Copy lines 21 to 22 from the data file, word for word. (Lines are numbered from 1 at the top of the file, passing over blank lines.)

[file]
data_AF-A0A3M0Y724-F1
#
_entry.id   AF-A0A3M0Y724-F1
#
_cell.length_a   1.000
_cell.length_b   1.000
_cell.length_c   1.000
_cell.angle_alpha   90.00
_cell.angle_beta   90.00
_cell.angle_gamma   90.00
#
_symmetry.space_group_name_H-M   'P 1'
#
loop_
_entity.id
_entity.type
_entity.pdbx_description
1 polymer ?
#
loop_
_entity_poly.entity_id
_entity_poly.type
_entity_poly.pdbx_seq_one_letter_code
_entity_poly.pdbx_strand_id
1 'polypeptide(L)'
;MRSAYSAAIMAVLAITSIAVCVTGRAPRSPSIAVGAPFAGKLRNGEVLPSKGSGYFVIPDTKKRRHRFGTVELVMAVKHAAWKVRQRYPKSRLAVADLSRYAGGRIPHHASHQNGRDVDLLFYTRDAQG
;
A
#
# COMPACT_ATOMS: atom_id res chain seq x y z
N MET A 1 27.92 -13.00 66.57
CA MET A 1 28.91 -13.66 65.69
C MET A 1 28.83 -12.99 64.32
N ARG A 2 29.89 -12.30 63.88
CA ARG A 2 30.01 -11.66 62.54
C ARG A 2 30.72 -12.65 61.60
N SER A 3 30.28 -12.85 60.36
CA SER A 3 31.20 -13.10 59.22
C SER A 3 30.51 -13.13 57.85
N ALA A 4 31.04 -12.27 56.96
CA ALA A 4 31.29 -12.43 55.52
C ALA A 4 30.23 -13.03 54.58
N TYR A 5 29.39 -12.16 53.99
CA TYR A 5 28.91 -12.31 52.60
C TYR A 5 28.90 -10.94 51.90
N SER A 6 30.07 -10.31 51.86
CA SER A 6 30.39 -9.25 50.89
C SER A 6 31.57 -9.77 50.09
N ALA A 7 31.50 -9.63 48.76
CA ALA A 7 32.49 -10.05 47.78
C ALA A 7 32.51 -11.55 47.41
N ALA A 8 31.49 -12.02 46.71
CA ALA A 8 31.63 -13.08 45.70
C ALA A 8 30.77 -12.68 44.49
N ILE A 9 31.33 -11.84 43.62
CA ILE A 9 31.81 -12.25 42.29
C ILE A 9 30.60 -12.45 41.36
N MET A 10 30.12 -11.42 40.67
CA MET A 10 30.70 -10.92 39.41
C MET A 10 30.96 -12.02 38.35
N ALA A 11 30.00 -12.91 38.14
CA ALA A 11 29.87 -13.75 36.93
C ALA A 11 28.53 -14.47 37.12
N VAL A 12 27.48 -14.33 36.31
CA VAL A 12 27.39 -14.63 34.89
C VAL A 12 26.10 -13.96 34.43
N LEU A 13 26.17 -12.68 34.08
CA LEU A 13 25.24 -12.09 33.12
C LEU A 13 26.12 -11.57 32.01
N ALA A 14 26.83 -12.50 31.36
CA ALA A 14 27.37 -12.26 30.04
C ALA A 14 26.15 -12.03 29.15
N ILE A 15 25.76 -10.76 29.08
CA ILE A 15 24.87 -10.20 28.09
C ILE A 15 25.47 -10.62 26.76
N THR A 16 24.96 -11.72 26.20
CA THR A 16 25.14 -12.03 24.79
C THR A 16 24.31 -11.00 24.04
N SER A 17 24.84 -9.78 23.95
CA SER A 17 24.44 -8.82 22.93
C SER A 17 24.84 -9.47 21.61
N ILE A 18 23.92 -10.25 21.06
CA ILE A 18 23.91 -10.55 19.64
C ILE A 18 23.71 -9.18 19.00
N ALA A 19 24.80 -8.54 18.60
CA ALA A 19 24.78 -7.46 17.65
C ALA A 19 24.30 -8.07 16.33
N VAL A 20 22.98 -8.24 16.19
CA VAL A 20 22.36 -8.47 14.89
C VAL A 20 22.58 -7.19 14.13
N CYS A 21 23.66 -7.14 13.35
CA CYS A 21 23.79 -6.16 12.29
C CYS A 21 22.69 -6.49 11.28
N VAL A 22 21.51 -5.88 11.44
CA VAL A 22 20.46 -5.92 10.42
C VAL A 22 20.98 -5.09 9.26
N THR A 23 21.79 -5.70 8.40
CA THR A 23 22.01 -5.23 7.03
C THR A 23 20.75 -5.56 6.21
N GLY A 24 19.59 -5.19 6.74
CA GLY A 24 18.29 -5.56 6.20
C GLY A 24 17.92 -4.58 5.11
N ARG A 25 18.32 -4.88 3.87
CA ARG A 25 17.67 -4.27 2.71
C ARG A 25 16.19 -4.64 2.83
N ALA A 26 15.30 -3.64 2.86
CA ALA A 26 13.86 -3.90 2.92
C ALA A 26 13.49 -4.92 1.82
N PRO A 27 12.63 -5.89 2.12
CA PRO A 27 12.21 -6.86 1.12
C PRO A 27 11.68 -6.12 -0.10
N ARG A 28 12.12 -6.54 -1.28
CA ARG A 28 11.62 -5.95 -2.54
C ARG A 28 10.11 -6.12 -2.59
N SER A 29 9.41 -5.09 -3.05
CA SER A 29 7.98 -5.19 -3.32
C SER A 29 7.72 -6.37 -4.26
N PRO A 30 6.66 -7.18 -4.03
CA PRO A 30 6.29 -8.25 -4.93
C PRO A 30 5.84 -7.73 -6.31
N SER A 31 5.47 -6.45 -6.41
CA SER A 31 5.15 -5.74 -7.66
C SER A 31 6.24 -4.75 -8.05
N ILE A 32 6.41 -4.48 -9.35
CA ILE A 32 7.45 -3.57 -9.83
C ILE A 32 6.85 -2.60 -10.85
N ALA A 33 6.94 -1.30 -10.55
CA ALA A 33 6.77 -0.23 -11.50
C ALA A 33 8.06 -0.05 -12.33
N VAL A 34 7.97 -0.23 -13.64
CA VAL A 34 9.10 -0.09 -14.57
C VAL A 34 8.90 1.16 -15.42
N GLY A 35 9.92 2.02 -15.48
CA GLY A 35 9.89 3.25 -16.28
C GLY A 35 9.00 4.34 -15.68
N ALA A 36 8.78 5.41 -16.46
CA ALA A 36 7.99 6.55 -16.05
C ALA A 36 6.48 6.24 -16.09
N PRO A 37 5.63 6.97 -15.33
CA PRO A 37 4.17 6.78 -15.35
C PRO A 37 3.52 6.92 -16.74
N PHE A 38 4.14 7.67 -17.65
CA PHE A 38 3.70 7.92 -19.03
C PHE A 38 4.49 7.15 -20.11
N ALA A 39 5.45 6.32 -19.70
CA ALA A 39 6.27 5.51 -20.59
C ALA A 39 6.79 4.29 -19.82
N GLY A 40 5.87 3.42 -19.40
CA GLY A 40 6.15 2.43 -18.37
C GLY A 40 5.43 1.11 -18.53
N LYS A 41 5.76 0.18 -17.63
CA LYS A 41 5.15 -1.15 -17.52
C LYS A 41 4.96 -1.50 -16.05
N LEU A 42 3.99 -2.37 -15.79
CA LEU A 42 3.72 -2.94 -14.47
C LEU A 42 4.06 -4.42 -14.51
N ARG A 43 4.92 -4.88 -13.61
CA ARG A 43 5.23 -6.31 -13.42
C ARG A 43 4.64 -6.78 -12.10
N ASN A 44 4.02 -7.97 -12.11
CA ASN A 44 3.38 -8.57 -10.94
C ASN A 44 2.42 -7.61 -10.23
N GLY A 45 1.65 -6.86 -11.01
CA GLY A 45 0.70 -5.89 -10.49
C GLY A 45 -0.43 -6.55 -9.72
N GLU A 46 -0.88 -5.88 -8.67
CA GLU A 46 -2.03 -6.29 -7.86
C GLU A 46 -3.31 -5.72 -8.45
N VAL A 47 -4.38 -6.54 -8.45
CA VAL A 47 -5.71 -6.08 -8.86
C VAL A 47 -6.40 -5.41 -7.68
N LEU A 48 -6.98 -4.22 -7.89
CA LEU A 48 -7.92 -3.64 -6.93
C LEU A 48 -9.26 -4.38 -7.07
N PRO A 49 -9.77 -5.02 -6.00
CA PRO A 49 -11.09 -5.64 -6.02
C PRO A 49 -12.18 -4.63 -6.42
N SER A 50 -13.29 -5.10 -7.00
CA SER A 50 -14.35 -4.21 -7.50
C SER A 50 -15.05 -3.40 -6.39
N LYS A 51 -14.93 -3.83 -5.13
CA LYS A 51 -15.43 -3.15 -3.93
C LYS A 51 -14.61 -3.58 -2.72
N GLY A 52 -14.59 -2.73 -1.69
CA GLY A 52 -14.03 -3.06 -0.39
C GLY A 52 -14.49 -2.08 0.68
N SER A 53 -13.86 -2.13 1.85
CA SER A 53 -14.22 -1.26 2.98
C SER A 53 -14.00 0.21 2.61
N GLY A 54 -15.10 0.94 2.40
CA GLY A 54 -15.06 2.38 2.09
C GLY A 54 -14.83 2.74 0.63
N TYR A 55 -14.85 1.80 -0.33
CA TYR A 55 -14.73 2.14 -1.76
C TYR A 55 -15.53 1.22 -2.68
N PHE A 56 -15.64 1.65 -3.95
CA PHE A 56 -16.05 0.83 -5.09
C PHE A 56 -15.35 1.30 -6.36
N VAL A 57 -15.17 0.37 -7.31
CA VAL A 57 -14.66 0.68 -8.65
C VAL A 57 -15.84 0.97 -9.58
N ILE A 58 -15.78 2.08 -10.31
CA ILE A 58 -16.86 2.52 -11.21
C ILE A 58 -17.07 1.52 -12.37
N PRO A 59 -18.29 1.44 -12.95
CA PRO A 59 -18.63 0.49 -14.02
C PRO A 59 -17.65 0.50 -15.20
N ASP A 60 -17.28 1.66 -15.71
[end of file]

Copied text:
_entity_poly.entity_id
_entity_poly.type